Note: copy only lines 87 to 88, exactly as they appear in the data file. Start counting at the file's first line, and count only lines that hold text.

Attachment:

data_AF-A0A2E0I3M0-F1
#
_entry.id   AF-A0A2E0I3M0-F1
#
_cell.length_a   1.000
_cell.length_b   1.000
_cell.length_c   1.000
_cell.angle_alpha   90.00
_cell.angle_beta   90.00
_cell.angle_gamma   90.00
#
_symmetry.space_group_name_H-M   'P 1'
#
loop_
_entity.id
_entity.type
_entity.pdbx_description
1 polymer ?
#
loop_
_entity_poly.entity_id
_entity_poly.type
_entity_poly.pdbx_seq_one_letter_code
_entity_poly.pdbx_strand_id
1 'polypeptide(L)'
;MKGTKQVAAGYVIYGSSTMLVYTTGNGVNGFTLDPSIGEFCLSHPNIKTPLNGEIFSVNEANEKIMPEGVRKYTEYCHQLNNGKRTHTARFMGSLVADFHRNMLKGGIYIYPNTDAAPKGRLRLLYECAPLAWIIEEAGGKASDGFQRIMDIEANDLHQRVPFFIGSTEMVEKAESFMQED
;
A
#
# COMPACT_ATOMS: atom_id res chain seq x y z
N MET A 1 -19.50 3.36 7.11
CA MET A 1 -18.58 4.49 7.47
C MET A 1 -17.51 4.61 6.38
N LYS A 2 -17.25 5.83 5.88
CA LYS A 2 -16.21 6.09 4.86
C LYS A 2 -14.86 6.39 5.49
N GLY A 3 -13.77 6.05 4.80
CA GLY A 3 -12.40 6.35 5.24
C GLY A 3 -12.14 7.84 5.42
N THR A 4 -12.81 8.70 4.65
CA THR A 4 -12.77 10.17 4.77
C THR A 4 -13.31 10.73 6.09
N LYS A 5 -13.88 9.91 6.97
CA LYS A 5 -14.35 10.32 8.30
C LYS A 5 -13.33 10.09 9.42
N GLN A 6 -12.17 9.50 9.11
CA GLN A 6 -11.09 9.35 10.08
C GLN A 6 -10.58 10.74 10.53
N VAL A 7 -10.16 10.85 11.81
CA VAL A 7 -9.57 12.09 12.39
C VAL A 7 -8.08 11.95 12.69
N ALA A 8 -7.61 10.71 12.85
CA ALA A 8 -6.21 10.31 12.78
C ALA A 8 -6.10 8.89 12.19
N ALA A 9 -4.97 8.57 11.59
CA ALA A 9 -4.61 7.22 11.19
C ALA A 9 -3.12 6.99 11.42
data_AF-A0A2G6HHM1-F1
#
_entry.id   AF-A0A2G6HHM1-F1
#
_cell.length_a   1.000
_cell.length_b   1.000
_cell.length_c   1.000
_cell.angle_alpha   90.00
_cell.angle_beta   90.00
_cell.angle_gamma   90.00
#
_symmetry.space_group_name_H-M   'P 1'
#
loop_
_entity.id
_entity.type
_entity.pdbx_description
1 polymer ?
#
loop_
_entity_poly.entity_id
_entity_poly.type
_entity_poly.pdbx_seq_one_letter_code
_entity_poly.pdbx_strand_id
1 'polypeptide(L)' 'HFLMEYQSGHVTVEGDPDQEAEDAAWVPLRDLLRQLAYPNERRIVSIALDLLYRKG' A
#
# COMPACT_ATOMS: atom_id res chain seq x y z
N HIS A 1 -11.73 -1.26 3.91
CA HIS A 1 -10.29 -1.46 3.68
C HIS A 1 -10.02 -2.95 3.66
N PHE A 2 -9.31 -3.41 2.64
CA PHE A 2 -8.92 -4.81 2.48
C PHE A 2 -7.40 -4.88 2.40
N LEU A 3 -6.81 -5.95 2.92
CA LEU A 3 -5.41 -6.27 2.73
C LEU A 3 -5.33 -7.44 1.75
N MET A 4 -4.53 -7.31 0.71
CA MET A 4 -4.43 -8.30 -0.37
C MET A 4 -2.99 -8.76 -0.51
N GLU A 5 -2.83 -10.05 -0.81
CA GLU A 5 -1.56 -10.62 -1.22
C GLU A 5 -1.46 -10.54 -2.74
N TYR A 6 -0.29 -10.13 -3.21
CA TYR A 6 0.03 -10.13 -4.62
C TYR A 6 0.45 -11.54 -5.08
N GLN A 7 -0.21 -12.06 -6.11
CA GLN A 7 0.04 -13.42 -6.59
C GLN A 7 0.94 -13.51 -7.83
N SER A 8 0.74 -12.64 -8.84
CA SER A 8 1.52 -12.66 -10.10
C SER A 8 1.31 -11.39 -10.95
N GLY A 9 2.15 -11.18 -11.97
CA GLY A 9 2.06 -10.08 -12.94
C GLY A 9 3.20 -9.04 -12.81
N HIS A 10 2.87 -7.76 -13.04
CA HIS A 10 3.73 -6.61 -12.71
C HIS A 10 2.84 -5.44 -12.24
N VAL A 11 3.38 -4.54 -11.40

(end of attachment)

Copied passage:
C HIS A 1 -10.02 -2.95 3.66
N PHE A 2 -9.31 -3.41 2.64